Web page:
We downloaded the 32MB installation file and installed ZoneAlarm Internet Security Suite 7 without a hitch. After a reboot, we were asked a series of questions to help us set up the application. The first question is in regards to the ZoneAlarm program control security setting, which controls the number of message alerts you'll see on your desktop. A Maximum setting flags everything until ZoneAlarm "learns" which security settings you prefer; an Auto-Learn setting starts the learning process earlier by temporarily lowering the security settings, resulting in fewer messages; and finally, a Minimum setting protects you against older, known alerts but no new threats, resulting in virtually no alerts. The default is Auto-Learn, and we left it at that setting. Next, you're asked to participate in DefenseNet, ZoneAlarm's security threat center where new alerts are recorded anonymously; you can opt out, if you prefer. After that, you'll be asked whether you have antivirus protection and, if you don't, whether you want to enable protection within ZoneAlarm. For this, we say choose ZoneAlarm's protection--not only will you manage everything through the ZoneAlarm interface, but you'll receive state-of-the-art protection from Kaspersky Anti-Virus. Finally, the program will ask whether you want to scan your PC starting immediately. After these questions, you'll need to reboot once again.
Upon our second reboot, we were invited to view a 3-minute Flash tutorial on how to use the suite. Trend Micro Internet Security 2007 also offers a tutorial, but Trend Micro's is a static Web page. ZoneAlarm walks the new user through with a lively video.
Should you decide to uninstall, ZoneAlarm includes an uninstall icon in the All Programs listing--something McAfee and Norton do not. The uninstall process is smooth, first verifying that you want to do this, then disconnecting from the Zone Labs servers and removing the application. Upon reboot, we found absolutely no trace of ZoneAlarm--not in the registry, not in the system folders. We cannot say the same for McAfee, Norton, or Trend Micro.
The PR material says there's a new interface in ZoneAlarm Internet Security Suite 7, but all we saw was that the logo had changed, with the parent company, Check Point, much more prominent. Gone are the orange and red colors, replaced with a more sophisticated slate gray. ZoneAlarm's interface remains the high bar for design, at once communicating plenty of information without a lot of clutter or silly icons. Features are always visible along the left-hand navigation, and the right-hand window changes to display additional tabs of associated information. For example, under Program Control, there's an overview tab of security settings, a tab for individual program access, and a tab for component access. We like the ease of customization here, allowing us to allow, block, or ask with each program. Other firewalls make us jump through hoops or create complicated rule sets to tweak a given application.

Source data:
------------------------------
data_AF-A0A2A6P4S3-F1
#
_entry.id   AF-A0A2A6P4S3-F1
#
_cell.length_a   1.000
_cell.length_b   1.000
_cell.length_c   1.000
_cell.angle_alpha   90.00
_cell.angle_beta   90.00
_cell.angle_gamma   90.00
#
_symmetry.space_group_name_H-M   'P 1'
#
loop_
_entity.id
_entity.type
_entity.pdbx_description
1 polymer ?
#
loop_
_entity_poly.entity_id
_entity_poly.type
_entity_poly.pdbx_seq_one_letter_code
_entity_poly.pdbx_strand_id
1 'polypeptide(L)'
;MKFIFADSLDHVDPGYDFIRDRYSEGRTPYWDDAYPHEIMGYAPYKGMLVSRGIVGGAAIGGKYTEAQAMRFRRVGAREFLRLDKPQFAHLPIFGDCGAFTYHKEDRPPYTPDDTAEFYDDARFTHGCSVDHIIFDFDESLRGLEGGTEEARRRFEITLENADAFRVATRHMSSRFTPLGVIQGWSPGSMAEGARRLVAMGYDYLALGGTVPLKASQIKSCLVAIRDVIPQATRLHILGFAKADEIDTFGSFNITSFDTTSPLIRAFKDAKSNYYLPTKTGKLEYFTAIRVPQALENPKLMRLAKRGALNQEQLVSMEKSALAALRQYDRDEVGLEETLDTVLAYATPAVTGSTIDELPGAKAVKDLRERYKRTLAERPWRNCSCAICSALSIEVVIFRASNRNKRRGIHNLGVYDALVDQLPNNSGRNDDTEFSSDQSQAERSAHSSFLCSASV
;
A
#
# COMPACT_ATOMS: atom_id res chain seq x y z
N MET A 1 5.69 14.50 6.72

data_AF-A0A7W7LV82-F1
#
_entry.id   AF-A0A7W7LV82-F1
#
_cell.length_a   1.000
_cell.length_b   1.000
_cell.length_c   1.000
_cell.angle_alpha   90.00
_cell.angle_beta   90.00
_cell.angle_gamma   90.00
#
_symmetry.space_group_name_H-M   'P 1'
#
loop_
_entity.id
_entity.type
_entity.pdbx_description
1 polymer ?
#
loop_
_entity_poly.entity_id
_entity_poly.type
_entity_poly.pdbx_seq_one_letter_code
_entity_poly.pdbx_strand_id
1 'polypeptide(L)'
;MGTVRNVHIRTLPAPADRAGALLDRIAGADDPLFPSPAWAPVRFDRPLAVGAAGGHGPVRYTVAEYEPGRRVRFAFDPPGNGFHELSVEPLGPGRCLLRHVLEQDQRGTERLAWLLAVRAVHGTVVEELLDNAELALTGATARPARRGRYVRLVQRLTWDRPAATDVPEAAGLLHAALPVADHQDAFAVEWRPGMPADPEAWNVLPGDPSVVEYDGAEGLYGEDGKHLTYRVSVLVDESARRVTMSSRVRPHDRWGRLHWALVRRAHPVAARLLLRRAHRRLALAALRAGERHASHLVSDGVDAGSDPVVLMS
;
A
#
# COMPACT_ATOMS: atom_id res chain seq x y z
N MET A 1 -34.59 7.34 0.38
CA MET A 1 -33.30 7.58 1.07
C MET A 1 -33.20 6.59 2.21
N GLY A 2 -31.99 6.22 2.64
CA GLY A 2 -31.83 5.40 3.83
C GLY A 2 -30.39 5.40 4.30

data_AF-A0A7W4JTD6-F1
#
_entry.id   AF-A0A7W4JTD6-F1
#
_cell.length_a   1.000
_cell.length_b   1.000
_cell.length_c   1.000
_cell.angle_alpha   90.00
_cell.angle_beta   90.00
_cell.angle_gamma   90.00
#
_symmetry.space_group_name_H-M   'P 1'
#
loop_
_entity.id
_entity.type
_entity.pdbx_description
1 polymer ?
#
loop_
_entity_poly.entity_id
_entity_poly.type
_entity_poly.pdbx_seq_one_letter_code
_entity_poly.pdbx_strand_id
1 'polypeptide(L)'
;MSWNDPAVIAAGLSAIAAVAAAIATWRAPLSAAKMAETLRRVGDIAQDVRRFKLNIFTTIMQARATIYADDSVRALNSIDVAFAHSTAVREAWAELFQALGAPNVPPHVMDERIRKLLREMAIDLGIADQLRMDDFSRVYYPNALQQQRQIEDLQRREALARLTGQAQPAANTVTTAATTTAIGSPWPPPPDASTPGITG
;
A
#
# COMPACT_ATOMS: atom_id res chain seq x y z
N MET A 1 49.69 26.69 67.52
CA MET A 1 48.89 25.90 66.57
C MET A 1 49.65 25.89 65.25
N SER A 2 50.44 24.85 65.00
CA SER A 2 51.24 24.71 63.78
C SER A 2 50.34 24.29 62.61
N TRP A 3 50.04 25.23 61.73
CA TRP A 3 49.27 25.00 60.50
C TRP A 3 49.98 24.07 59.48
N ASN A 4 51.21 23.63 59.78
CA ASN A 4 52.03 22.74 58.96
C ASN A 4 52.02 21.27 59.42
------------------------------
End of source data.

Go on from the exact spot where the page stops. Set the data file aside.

It's all here. ZoneAlarm Internet Security Suite 7 includes all the security tools you need to keep not only your desktop PC secure, but also your personal identity safe while surfing online. What's new is the partnership with Kaspersky, but also there's a new Auto-Learn system that helps users configure the firewall quicker, as well as a feature that configures security settings for applications that are already installed.
Unlike other suites we've reviewed, ZoneAlarm has fewer alerts for applications already running on our desktop. That's because Zone Labs maintains a rather large database of legitimate applications and compares the signature of what's on your system with those in its database. For the most part, ZoneAlarm only flagged unusual activity, which is what you want a good firewall to do. For example, ZoneAlarm notified us of a user who persistently attempted to scan our wireless laptop, then allowed us to block that user. Other firewalls we've reviewed only recorded these attempts in their logs.
Improved features within ZoneAlarm Internet Security Suite 7 include better antispyware protection and better protection of a user's real-world protection from identity theft. The antispyware protection is Zone Labs' own, not partnered content, and it continues to improve. The real-world identity theft program was announced with version 6.5, and it includes a real-time monitoring service that will help stop junk mail from being delivered to your home--one of the main ways identity theft occurs--and should you become a victim of identity theft, the program will help you navigate the process of reestablishing your true identity. ZoneAlarm, partnering with a company called Intersections, will monitor illegal use of your credit cards by checking shadowy black markets and Internet forums. If your personal information is found, you'll be notified and told what you can do to prevent fraud and abuse. We think ZoneAlarm's focus on identity theft in this version more than justifies the cost of the Pro version or suite.
Also, most vendors have opted out of including parental controls (or calling them such). ZoneAlarm includes a Parental Control feature in its left-hand column. While you don't have to have children in the house to want to filter Web sites and e-mail content, it's refreshing to see that ZoneAlarm continues to include it within its suite under a recognizable name.